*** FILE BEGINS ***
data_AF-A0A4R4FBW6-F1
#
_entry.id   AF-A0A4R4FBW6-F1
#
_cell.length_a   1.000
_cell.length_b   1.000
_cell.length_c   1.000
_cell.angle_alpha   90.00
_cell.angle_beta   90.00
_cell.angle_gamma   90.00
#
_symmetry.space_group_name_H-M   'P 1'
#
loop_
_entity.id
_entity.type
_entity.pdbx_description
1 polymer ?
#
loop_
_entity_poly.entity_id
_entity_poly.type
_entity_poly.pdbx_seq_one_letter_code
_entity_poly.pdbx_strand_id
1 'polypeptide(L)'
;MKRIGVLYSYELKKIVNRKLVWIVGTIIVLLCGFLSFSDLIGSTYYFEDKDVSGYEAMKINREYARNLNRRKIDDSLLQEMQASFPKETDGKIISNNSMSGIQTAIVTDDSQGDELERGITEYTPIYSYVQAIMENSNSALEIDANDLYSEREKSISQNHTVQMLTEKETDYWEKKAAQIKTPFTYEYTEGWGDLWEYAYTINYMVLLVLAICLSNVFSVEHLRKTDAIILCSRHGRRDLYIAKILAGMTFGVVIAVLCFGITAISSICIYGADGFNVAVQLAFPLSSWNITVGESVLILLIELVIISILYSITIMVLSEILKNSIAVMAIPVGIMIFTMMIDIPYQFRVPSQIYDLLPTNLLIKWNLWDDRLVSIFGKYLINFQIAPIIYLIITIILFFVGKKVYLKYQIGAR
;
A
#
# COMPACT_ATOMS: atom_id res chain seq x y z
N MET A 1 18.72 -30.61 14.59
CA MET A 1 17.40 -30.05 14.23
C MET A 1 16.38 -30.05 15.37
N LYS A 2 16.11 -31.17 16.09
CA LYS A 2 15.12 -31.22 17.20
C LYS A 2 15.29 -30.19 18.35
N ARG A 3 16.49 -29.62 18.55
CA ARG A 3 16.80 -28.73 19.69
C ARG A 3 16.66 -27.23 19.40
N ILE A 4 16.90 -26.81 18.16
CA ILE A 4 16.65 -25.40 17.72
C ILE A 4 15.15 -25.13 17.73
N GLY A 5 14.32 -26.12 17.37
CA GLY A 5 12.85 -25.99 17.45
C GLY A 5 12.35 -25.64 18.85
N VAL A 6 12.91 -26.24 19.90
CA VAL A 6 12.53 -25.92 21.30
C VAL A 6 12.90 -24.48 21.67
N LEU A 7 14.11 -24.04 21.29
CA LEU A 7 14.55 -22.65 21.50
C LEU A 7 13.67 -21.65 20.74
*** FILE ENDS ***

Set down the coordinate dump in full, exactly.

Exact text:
data_AF-A0A4R4FBW6-F1
#
_entry.id   AF-A0A4R4FBW6-F1
#
_cell.length_a   1.000
_cell.length_b   1.000
_cell.length_c   1.000
_cell.angle_alpha   90.00
_cell.angle_beta   90.00
_cell.angle_gamma   90.00
#
_symmetry.space_group_name_H-M   'P 1'
#
loop_
_entity.id
_entity.type
_entity.pdbx_description
1 polymer ?
#
loop_
_entity_poly.entity_id
_entity_poly.type
_entity_poly.pdbx_seq_one_letter_code
_entity_poly.pdbx_strand_id
1 'polypeptide(L)'
;MKRIGVLYSYELKKIVNRKLVWIVGTIIVLLCGFLSFSDLIGSTYYFEDKDVSGYEAMKINREYARNLNRRKIDDSLLQEMQASFPKETDGKIISNNSMSGIQTAIVTDDSQGDELERGITEYTPIYSYVQAIMENSNSALEIDANDLYSEREKSISQNHTVQMLTEKETDYWEKKAAQIKTPFTYEYTEGWGDLWEYAYTINYMVLLVLAICLSNVFSVEHLRKTDAIILCSRHGRRDLYIAKILAGMTFGVVIAVLCFGITAISSICIYGADGFNVAVQLAFPLSSWNITVGESVLILLIELVIISILYSITIMVLSEILKNSIAVMAIPVGIMIFTMMIDIPYQFRVPSQIYDLLPTNLLIKWNLWDDRLVSIFGKYLINFQIAPIIYLIITIILFFVGKKVYLKYQIGAR
;
A
#
# COMPACT_ATOMS: atom_id res chain seq x y z
N MET A 1 18.72 -30.61 14.59
CA MET A 1 17.40 -30.05 14.23
C MET A 1 16.38 -30.05 15.37
N LYS A 2 16.11 -31.17 16.09
CA LYS A 2 15.12 -31.22 17.20
C LYS A 2 15.29 -30.19 18.35
N ARG A 3 16.49 -29.62 18.55
CA ARG A 3 16.80 -28.73 19.69
C ARG A 3 16.66 -27.23 19.40
N ILE A 4 16.90 -26.81 18.16
CA ILE A 4 16.65 -25.40 17.72
C ILE A 4 15.15 -25.13 17.73
N GLY A 5 14.32 -26.12 17.37
CA GLY A 5 12.85 -25.99 17.45
C GLY A 5 12.35 -25.64 18.85
N VAL A 6 12.91 -26.24 19.90
CA VAL A 6 12.53 -25.92 21.30
C VAL A 6 12.90 -24.48 21.67
N LEU A 7 14.11 -24.04 21.29
CA LEU A 7 14.55 -22.65 21.50
C LEU A 7 13.67 -21.65 20.74